Feature Articles: Business Sense

Recently, I was at a department store (that will remain nameless) on the hunt for — what else? — shoes to wear to trade shows. Half the place was crazy with shoppers buzzing around the end-of-season sandal sale. Sales help swarmed all around that area but in the full-price section where I was, it was deserted. No shoppers. And no sales people. Finally, I flagged a guy down, but he immediately announced that his handheld scanner didn’t work so he couldn’t help me. When I asked him to give me a hand with finding someone else, his response was to glance around listlessly and shrug before wandering off. Seriously? A shrug?

One of the most important sections of the Consumer Product Safety Act (CPSA) is 15 (b) [15 U.S.C. §2064]. It requires manufacturers, distributors, importers and retailers of a consumer product that contains a defect, which could create a substantial product hazard or creates an unreasonable risk of serious injury or death, to immediately report the relevant information to the Commission. Through the years, including the twenty year period when I was Director of Compliance and Enforcement, the reporting obligation has proven to contribute enormously to public safety.

It’s already started: The summer movie buzz. From “Spider-Man” and “Godzilla” to “X-Men” and “Maleficent,” there are lots of big names and big budgets boosting the season’s big screen entrants. Whether you flood into theaters or choose to watch at home, Hollywood has the formula down for boosting its bottom line. So maybe it’s time to take a page from Tinsletown’s script when it comes to wholesale sales, and more specifically, using your company’s distribution to increase business.

Be honest, at some point “What’s in it for me?” has crossed your mind. Generally, this question is accompanied with negative, self-serving behavior. It carries with it derogatory connotations and if this was a conversation about generational behaviors, think Boomers, Gen-Xers and Millennials. Then the conversation would spin towards entitlement and the supposition that many people approach the world today with an “I am, therefore I should receive” mentality. But before I go too far into opening that Pandora’s box, I want to stop and see if I can convince some that maybe it’s not all bad to surmise “What’s in it for me?”

How many times have you used the phrase “fashionably late”? At one point or another, we’ve all had visions of wearing something fabulous and making a grand entrance in a room full of people. And when you’re the one wearing the clothes, swanning in late could be a great way to get noticed. But when you’re the one making the clothes, tardiness is the best way to ensure you’ll be overlooked. “Late” is a dirty word in the wholesale world; however, being on time can help you clock more sales.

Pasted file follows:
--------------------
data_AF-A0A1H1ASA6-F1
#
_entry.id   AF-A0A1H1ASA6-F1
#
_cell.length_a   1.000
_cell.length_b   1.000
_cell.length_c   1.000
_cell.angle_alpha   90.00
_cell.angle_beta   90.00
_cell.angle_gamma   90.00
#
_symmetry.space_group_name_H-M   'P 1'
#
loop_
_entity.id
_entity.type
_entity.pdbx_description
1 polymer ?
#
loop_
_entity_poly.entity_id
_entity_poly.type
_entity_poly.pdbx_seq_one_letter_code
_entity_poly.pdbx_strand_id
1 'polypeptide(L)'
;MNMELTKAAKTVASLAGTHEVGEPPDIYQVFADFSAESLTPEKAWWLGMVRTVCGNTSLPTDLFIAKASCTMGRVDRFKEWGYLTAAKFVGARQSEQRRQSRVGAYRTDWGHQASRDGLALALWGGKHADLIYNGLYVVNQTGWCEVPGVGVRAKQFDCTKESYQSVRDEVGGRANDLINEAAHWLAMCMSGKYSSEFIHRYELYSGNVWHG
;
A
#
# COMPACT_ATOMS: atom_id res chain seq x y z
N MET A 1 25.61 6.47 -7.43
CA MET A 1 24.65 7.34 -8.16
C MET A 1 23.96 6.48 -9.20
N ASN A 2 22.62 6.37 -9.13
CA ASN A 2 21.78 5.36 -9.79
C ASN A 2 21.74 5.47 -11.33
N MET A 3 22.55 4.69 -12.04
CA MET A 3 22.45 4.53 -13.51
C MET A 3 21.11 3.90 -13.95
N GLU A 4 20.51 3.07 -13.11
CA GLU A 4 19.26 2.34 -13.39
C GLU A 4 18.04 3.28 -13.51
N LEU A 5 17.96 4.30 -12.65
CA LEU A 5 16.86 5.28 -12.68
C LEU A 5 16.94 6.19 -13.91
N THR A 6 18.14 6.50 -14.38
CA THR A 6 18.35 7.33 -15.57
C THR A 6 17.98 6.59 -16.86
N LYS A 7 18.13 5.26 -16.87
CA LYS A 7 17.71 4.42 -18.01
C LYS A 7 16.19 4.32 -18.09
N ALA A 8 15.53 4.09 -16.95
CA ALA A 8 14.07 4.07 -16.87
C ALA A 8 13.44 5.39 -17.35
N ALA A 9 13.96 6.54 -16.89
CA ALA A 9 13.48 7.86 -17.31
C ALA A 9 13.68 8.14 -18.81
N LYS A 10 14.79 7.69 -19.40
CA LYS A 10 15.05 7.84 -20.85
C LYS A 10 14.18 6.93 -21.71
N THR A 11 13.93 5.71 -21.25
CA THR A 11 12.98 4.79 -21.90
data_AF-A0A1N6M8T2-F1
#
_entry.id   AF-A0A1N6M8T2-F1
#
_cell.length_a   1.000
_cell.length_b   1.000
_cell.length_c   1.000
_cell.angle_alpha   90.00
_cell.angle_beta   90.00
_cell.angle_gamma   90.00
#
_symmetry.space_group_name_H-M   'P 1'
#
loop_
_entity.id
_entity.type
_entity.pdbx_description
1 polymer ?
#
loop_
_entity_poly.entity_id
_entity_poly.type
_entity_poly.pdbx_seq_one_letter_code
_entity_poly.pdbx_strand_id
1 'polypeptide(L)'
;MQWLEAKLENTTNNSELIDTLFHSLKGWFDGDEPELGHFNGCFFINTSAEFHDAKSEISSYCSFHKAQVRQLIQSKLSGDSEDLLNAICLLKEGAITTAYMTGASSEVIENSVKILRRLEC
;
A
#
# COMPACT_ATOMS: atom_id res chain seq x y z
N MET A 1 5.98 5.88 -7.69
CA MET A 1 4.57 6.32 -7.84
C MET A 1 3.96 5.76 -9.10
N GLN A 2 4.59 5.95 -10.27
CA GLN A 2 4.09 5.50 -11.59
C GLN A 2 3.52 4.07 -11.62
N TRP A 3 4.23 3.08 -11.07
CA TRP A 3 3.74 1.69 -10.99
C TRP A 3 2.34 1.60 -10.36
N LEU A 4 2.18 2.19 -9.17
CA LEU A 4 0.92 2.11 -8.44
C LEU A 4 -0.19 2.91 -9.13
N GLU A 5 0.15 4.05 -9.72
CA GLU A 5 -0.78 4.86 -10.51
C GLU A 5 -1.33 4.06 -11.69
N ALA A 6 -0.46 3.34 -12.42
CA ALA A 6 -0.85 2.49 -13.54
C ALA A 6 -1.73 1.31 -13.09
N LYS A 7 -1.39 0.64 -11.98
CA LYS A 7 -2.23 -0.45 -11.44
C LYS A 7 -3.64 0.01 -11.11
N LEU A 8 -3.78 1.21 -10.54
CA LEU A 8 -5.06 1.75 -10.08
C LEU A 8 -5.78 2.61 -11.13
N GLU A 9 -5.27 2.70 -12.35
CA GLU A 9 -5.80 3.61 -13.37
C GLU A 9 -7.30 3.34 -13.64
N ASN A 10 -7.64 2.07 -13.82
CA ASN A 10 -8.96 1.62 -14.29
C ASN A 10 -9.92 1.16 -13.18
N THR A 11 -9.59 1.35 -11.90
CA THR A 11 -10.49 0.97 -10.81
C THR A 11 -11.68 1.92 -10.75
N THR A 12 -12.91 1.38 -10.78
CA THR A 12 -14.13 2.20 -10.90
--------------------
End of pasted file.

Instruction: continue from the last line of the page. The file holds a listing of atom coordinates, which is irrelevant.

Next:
Even if you’re well over making or keeping New Year’s resolutions, all of us want solutions that work for our business. This year focus on the “solutions” in resolutions and discover ways you can solve business problems, big or small. Here are 5 “re”solutions to get you figuring out how you can revitalize your business in 2014: Review, Remember, Research, Refresh, and Reduce.

American companies seeking to rapidly grow their business have taken aim at extending their brands to markets outside the United States. If foreign markets are on your radar, you should apply for trademark protection in each of the countries where you want your brand to be sold. Below are some thoughts on filing trademark applications in foreign countries, either individually (original trademark applications), or by use of a centralized filing system that piggybacks your U.S. trademark application or registration to foreign countries (Madrid Protocol extensions).

In a recent article about Vera Wang, it was noted that everyone at the company adopts “the look”, which is monochromatic and slightly unisex. Stop into the Ralph Lauren offices, and you’ll immediately notice how much everyone there looks like an ad for the clothing giant. In fashion, you really can’t help but look the part. But ideally the uniformity in wardrobe reflects the employees’ deeper understanding of the brand and willingness to soak up every aspect of the corporate culture. What’s your corporate culture?

Trade shows present many opportunities beyond sales meetings. They are an occasion to see new products, spot trends and network. While it is natural to line up your sales team in a phalanx when a competitor strolls by your booth, there may be benefits in meeting other vendors, speaking with them about their successes, and being open to synergistic prospects not possible for your company to achieve on its own. Like licensing, co-branding will expand your product line and can introduce your brand to a new segment of retailers and their customers…